SpaceX Lox/Kerosene rocket engine. 378.040 kN. First stages. Hardware. Isp=300s. Completed development in early 2005. Pintle injector concept. Replaced by Merlin 1C. First flight 2006.
SpaceX Merlin engine was developed internally at SpaceX, but drew on pintle injector concepts developed at TRW for the lunar module descent stage engine. Propellant was fed via a single shaft, dual impeller turbopump operating on a gas generator cycle. The turbo-pump also provided the high pressure kerosene for the hydraulic actuators, which then recycled into the low pressure inlet. This eliminated the need for a separate hydraulic power system and eliminated thrust vector control failure through loss of hydraulic fluid. A third use of the turbo-pump was to provide roll control by actuating the turbine exhaust nozzle. SpaceX completed development in early 2005. The Merlin 1A, was a high pressure 342,650-newton at sea level thrust engine that was turbo-pump fed with a gas generator cycle. SpaceX began development on the Falcon V Merlin 1B upgrade engine (378,250 newtons at sea level) in 2005. The company expected to complete a Falcon V stage hold down firing with all M1B engines by the end of 2005. The next major engine development was Merlin 2, where SpaceX would aim for a significant increase in thrust and chamber pressure. Merlin 2 would serve as an exact scale version of the F-1 class (>6,675,000 newtons or 1.5 million pounds-force thrust) engine that SpaceX intended to start developing in a few years. However these plans were superseded by development of the Merlin 1C for the Falcon 9.
Application: First stages.
Thrust (sl): 317.700 kN (71,422 lbf). Engine: 760 kg (1,670 lb). Propellant Formulation: Lox/RP-1. Thrust to Weight Ratio: 94.
More... - Chronology...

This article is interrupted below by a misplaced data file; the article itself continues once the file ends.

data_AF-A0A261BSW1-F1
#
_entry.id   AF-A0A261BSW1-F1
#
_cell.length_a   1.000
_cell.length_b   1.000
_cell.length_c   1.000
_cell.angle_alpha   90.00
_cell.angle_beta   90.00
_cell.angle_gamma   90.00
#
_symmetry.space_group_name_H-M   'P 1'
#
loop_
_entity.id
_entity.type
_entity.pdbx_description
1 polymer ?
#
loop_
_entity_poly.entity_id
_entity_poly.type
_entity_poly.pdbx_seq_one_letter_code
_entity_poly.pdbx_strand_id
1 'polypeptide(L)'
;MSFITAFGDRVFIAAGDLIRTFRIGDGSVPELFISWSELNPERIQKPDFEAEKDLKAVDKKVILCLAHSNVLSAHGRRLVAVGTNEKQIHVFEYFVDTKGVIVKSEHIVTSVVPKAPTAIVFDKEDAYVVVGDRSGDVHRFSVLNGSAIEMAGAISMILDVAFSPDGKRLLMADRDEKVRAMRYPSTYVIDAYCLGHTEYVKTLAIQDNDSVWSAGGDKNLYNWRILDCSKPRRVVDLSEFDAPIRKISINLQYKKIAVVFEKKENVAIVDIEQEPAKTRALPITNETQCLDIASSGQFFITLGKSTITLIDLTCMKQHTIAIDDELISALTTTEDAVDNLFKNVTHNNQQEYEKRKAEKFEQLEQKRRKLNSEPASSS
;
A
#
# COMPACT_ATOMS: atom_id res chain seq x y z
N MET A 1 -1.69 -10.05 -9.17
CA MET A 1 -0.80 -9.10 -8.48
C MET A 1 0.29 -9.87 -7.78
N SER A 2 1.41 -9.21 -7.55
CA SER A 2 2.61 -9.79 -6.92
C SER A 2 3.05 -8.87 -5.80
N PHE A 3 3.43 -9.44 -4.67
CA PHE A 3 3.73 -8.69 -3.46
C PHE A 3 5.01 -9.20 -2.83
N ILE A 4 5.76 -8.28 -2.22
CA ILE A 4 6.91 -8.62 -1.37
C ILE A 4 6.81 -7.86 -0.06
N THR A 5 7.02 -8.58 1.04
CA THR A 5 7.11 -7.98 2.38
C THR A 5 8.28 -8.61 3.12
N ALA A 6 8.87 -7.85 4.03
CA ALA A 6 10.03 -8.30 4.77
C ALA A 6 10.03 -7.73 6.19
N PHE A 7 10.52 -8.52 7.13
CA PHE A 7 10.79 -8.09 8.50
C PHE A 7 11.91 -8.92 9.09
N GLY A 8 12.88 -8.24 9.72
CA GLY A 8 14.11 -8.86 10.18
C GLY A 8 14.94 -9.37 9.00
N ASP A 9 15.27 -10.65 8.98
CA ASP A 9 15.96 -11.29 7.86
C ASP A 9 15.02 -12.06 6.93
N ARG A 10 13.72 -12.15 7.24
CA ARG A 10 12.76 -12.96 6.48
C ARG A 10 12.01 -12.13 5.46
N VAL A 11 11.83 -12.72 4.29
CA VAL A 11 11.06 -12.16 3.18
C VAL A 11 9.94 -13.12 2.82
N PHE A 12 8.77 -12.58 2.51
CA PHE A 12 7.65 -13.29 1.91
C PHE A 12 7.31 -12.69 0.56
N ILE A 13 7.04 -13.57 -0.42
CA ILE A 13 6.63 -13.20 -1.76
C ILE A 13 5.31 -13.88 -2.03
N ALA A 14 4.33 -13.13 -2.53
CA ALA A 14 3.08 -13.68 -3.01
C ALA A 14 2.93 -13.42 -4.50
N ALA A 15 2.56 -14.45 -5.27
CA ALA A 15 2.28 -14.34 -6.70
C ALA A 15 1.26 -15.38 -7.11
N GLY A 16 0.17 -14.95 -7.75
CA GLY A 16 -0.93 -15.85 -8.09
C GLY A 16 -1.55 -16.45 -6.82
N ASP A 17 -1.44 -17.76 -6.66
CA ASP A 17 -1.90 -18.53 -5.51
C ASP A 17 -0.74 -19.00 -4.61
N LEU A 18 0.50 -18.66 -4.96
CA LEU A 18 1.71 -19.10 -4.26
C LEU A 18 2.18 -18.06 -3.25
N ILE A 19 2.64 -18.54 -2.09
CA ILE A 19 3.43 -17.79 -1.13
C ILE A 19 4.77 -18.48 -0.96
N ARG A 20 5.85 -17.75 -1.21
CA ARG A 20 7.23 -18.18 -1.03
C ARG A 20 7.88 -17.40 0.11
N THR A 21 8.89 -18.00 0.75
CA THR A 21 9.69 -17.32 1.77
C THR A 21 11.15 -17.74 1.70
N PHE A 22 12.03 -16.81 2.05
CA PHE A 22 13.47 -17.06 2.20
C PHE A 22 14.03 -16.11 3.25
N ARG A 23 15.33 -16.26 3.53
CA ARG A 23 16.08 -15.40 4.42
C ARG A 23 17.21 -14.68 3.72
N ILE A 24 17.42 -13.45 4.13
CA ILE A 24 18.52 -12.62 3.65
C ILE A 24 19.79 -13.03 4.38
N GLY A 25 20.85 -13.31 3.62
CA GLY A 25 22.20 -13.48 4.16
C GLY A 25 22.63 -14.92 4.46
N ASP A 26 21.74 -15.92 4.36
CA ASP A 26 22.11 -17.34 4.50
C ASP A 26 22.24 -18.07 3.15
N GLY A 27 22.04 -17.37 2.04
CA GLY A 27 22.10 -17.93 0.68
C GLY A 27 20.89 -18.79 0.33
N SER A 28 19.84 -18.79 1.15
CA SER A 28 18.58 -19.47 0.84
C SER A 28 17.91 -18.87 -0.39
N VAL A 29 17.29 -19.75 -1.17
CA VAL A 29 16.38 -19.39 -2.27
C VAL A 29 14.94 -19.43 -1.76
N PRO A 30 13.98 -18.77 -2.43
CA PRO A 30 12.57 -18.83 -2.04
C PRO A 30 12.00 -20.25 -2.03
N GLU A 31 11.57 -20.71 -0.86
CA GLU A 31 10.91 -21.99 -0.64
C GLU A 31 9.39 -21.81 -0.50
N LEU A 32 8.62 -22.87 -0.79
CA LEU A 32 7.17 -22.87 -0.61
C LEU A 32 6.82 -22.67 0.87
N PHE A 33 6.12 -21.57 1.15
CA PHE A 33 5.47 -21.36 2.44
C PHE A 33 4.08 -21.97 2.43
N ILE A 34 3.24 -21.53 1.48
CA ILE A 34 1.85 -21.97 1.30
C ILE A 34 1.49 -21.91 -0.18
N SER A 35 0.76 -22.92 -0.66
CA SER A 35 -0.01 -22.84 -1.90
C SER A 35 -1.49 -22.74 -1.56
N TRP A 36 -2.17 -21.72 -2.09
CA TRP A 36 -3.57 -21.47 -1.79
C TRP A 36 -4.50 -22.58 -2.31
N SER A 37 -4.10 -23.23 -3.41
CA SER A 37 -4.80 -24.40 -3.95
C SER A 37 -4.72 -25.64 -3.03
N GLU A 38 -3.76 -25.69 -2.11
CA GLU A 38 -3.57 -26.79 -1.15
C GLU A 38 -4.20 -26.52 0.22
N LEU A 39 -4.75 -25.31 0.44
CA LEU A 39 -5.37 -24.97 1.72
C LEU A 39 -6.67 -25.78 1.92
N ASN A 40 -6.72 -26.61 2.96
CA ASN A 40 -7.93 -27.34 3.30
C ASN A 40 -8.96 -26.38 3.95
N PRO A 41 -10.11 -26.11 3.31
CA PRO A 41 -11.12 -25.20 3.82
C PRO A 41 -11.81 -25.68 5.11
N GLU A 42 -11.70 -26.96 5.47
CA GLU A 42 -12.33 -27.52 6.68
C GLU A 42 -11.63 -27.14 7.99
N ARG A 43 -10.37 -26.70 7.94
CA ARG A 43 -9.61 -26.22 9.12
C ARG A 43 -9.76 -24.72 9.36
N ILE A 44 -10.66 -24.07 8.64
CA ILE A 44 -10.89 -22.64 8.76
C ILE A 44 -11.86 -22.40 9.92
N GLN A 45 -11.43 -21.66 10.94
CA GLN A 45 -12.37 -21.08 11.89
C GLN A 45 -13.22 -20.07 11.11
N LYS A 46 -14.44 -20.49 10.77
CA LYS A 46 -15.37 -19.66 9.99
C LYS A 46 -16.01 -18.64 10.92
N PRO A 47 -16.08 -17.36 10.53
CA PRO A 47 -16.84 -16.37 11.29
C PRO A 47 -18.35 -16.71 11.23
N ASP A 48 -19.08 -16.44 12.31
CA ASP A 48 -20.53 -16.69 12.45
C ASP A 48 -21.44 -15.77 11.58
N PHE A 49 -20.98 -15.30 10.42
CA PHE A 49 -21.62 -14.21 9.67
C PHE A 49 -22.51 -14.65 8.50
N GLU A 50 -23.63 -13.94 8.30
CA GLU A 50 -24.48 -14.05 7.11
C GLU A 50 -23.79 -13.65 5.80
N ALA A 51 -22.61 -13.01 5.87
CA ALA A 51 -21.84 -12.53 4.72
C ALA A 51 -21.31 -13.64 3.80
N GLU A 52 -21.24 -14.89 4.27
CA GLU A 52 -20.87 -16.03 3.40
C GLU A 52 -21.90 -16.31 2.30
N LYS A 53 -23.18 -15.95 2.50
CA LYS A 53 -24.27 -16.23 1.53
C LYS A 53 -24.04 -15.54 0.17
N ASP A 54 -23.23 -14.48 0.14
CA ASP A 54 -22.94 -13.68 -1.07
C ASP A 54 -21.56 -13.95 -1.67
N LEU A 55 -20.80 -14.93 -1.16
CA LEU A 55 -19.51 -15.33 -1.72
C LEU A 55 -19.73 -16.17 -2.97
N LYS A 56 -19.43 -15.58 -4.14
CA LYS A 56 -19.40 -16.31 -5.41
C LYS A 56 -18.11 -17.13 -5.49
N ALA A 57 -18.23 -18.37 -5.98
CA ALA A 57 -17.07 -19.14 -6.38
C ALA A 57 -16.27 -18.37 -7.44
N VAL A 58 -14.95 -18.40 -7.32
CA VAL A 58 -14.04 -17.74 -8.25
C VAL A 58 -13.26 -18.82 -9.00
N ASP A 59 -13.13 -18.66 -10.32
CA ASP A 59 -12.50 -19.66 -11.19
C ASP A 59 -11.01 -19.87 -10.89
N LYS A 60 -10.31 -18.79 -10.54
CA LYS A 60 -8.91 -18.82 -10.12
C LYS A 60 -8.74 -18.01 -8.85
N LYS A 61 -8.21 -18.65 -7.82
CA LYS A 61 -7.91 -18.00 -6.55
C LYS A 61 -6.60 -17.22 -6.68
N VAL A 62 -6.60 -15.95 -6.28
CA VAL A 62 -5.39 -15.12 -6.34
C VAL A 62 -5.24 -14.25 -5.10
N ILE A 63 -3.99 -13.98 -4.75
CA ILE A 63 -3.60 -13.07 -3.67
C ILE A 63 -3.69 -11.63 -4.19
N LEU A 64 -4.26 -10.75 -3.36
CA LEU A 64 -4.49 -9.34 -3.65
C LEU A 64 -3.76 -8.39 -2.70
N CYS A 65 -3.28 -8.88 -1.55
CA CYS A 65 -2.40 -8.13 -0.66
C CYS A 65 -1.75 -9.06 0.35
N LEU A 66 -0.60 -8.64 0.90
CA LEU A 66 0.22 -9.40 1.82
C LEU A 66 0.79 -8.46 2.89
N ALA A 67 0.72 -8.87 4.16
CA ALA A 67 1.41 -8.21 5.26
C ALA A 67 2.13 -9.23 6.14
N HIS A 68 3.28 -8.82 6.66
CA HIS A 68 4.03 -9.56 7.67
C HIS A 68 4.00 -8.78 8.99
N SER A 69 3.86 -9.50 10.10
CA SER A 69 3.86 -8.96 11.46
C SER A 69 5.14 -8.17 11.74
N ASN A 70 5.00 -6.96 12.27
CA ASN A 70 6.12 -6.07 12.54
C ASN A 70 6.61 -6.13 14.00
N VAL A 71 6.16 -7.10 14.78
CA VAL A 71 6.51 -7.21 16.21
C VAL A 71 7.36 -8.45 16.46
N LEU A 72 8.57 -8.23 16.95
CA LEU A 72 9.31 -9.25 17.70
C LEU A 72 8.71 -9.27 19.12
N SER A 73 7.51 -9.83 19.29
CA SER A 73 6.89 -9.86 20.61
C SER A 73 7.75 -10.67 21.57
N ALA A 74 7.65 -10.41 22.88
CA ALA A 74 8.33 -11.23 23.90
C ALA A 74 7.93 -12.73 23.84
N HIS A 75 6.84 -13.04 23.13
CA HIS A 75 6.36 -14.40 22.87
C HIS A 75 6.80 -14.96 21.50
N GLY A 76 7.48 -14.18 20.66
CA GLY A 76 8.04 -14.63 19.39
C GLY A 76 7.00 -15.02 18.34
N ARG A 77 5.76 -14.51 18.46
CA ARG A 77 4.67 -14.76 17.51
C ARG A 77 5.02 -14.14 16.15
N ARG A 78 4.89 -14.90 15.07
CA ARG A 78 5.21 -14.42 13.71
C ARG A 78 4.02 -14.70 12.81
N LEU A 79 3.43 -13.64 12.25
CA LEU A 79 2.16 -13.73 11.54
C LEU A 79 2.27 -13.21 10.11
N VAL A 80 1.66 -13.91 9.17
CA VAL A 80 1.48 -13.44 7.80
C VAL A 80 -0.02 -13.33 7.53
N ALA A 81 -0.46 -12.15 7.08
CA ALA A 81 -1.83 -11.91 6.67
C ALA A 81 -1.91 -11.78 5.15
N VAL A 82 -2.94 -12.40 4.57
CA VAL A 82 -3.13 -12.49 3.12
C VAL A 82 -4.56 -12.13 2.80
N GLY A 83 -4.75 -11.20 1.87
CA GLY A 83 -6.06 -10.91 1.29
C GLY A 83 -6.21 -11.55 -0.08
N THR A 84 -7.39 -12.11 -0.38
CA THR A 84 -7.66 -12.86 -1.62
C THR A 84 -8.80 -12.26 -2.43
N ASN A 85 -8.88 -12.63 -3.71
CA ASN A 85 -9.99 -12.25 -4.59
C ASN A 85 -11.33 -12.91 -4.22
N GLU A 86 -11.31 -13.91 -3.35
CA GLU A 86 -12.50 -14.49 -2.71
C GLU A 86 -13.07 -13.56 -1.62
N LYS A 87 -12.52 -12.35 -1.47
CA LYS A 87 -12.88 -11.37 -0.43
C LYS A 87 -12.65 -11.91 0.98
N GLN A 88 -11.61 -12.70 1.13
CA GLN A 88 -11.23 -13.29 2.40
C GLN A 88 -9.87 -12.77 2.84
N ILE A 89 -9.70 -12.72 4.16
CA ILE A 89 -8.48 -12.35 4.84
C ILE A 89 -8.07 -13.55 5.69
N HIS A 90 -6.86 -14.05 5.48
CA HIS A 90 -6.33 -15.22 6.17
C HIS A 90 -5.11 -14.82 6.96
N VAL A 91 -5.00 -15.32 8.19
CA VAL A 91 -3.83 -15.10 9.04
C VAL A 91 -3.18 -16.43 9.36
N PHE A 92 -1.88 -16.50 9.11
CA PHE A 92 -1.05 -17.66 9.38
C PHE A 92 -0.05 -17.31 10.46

Thrust: 378.04 kN (84,987 lbf).
Specific impulse: 300 s.
Specific impulse sea level: 270 s.
Burn time: 169 s.
First Launch: 2000-2004.
Associated Manufacturers and Agencies
SpaceX American manufacturer of rockets, spacecraft, and rocket engines. SpaceX, USA. More...
Lox/Kerosene Liquid oxygen was the earliest, cheapest, safest, and eventually the preferred oxidiser for large space launchers. Its main drawback is that it is moderately cryogenic, and therefore not suitable for military uses where storage of the fuelled missile and quick launch are required. In January 1953 Rocketdyne commenced the REAP program to develop a number of improvements to the engines being developed for the Navaho and Atlas missiles. Among these was development of a special grade of kerosene suitable for rocket engines. Prior to that any number of rocket propellants derived from petroleum had been used. Goddard had begun with gasoline, and there were experimental engines powered by kerosene, diesel oil, paint thinner, or jet fuel kerosene JP-4 or JP-5. The wide variance in physical properties among fuels of the same class led to the identification of narrow-range petroleum fractions, embodied in 1954 in the standard US kerosene rocket fuel RP-1, covered by Military Specification MIL-R-25576. In Russia, similar specifications were developed for kerosene under the specifications T-1 and RG-1. The Russians also developed a compound of unknown formulation in the 1980's known as 'Sintin', or synthetic kerosene. More...
Falcon 1e-1 Lox/Kerosene propellant rocket stage. Loaded/empty mass 42,168/2,712 kg. Thrust 615.50 kN. Vacuum specific impulse 304 seconds. More...
Falcon 1-1 Lox/Kerosene propellant rocket stage. Loaded/empty mass 22,993/1,505 kg. Thrust 369.00 kN. Vacuum specific impulse 300 seconds. More...
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